I wear a MedicAlert ID bracelet every day to make the people around me aware of my epilepsy condition. When a seizure occurs, they understand what to expect and who to call in times of need.Bruno, MedicAlert Member since 2019
Learning to Manage Epilepsy
According to MedicAlert partner the Epilepsy Foundation, 3.4 million people in the United States live with and must learn to manage epilepsy. 1 in 26 people will develop epilepsy at some point in their lifetime. And 1 in 3 people with epilepsy live with uncontrollable seizures because there is no available treatment that works for them.
However, people with this diagnosis can continue to live a full and active life, as you’ll learn in our story about Bruno, how he is managing epilepsy and his personal experience with the condition.
A 30-year journey with epilepsy
Meet our member, Bruno. Diagnosed with epilepsy at the age of 10, he’s been battling his condition for over 30 years. And as you can imagine, he has overcome many obstacles throughout his life after living with a chronic medical condition from such an early age. While managing epilepsy as a child, teenager and young adult, Bruno has faced adversity with strength and integrity.
Living with epilepsy hasn’t stopped Bruno from living a full life, largely in part to his supportive wife and family. And, more recently, he’s added the support and protection of MedicAlert. As a MedicAlert member since 2018, Bruno relies on our 24/7 emergency response and contact notification services if he’s ever faced with an emergency.
“I wear a MedicAlert ID bracelet every day to make the people around me aware of my epilepsy condition. When a seizure occurs, they understand what to expect and who to call in times of need,” he says.
Building awareness on how to manage epilepsy
To increase awareness about epilepsy and other seizure disorders, Bruno and his wife Michelle have started a nonprofit – A Hero for Epileptics. Their mission is to raise awareness about epilepsy and work to increase funding for research to find a cure. Their focus is on giving teens and young adults with epilepsy the courage to live better every day.
When they’re not educating the masses or raising funds to support epilepsy research, the duo hosts a thriving podcast that supports the epileptic community. The topics include managing everyday life while living with epilepsy, health and wellness, seizure triggers, and so much more.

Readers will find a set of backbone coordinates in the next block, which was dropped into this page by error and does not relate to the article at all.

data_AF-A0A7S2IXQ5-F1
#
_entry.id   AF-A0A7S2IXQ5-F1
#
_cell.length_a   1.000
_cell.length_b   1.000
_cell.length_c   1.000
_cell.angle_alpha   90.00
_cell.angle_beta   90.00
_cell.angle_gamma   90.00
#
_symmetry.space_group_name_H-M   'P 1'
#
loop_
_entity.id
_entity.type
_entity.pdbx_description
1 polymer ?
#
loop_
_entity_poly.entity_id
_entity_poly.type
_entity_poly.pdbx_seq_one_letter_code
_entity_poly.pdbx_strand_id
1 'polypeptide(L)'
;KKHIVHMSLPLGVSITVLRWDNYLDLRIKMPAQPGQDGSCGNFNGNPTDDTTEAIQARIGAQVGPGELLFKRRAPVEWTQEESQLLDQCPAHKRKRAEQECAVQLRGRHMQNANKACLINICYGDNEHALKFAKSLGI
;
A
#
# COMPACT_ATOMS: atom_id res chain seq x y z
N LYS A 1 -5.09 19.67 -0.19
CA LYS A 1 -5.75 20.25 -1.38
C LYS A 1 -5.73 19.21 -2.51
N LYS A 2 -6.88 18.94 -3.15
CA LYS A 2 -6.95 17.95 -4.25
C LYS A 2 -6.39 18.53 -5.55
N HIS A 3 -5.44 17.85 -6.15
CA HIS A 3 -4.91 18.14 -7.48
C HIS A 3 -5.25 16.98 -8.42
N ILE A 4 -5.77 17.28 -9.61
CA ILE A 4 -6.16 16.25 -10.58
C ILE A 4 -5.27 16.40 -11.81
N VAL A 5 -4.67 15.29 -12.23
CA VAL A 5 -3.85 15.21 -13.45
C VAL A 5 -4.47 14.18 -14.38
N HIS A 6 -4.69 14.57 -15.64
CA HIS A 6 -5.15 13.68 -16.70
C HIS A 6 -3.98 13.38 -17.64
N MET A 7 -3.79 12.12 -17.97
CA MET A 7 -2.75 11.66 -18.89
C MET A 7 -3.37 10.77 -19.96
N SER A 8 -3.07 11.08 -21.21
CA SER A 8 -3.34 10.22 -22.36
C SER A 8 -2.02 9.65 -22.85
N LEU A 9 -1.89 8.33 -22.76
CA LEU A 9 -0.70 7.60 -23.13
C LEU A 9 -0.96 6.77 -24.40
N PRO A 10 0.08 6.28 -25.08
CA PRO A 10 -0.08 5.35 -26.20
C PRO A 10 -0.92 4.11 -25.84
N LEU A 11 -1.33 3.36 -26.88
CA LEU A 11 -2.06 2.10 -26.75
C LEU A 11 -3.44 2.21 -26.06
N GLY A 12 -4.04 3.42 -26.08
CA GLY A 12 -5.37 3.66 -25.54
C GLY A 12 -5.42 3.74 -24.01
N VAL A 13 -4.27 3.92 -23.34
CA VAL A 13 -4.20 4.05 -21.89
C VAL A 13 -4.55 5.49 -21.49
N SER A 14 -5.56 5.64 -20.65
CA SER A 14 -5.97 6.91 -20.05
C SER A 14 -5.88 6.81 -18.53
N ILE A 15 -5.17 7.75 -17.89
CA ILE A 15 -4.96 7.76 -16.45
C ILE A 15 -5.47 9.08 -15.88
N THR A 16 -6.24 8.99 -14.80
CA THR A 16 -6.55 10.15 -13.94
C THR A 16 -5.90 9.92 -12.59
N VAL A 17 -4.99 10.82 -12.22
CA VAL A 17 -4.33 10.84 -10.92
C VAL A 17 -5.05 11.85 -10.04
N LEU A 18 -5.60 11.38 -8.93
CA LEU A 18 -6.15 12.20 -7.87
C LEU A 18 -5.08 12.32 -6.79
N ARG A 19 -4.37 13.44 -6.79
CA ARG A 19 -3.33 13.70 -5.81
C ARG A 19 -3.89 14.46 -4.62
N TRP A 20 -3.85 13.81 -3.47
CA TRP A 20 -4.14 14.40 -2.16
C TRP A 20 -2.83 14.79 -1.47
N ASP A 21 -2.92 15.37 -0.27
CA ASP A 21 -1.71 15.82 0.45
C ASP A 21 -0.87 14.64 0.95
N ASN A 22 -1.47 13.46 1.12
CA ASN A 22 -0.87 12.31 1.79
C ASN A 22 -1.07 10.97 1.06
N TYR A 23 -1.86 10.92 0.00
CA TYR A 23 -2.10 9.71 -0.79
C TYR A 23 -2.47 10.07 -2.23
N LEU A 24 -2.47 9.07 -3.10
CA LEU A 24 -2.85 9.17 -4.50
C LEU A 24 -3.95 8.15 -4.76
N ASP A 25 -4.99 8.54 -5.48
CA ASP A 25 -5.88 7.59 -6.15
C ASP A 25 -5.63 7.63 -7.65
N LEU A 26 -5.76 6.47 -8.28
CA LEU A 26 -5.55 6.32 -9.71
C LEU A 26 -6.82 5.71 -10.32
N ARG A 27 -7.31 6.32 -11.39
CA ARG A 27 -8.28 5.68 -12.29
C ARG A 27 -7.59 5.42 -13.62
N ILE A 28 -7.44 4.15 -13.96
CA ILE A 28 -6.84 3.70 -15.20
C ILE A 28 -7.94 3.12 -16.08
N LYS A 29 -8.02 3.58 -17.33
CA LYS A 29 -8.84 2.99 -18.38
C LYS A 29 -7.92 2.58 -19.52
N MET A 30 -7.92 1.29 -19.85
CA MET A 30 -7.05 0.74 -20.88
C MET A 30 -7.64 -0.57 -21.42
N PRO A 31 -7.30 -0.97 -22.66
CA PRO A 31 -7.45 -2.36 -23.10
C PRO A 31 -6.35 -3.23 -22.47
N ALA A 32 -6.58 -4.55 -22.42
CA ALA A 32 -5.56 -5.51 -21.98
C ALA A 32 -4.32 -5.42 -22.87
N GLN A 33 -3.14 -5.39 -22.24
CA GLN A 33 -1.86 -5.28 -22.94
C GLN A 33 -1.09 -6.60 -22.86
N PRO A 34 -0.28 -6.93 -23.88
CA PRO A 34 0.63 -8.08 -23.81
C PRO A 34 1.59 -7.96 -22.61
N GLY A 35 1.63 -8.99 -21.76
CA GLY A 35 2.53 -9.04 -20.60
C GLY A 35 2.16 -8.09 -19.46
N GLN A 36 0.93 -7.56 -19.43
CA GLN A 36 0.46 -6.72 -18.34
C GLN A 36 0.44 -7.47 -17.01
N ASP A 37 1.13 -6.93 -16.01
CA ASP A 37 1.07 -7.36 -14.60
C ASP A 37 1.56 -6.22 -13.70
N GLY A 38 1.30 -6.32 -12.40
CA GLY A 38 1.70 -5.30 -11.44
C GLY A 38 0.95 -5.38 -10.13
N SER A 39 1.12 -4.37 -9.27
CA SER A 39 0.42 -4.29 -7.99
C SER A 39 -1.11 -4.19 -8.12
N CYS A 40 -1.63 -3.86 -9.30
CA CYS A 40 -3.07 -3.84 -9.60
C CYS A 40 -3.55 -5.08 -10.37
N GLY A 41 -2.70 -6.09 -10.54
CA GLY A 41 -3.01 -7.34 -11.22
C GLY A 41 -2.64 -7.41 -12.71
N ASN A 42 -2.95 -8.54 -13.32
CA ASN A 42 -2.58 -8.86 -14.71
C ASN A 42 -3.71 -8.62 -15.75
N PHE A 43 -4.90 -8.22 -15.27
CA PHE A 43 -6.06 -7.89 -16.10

MedicAlert Foundation recently had the pleasure of being guests on their podcast, and we learned more about Bruno, his life with epilepsy, his recent brain surgery and why MedicAlert matters to him. You can listen to our conversation here. We know, like us, you’ll be inspired by Bruno and his “can-do” approach to life.
What is epilepsy?
With so many people impacted by this condition, what exactly is epilepsy?
Epilepsy is a neurological disorder that affects the nervous system. It is also known as a seizure disorder. Seizures are sudden recurrent episodes of sensory disturbance, loss of consciousness, or convulsions caused by abnormal electrical activity in the brain. Not all seizures are caused by epilepsy. What distinguishes epileptic seizures is that they originate in the brain.
What are the different types of epilepsy?
There are several different types of epilepsy. The causes of different epilepsies can be complex and sometimes hard to identify. They may include a genetic tendency, a structural change in the brain, or a combination of both.
There are also over forty different kinds of epileptic seizures. Most seizures are short, and many people won’t notice a blank stare or momentary confusion. But other seizures can cause convulsions and result in falls. Some people with epilepsy have multiple types of seizures, or other medical conditions in addition to epilepsy. These factors play a major role in determining both the severity of the person’s condition and the impact it has on his or her life. They also determine what approaches work best to manage a person’s epilepsy.
Strategies to manage epilepsy
Because epilepsy is not a seizure disorder that is triggered by a specific cause like hypoglycemia (low blood sugar) or another medical condition like heart problems, it can be hard to know what might trigger a seizure.
Although medication can help to reduce the frequency of seizures due to epilepsy, an unprovoked and unexpected seizure is always possible. Living day-to-day with this possibility means that preparation is key.
Getting enough rest, eating healthy, exercising, taking medication as prescribed, and keeping a seizure diary to help pinpoint possible patterns of seizure activity can help. In the event that a seizure does happen, making sure the people around you know what to do is also important. This is where a MedicAlert ID is helpful, because it can communicate any information related to your epilepsy and medications to first responders or strangers that step in to help.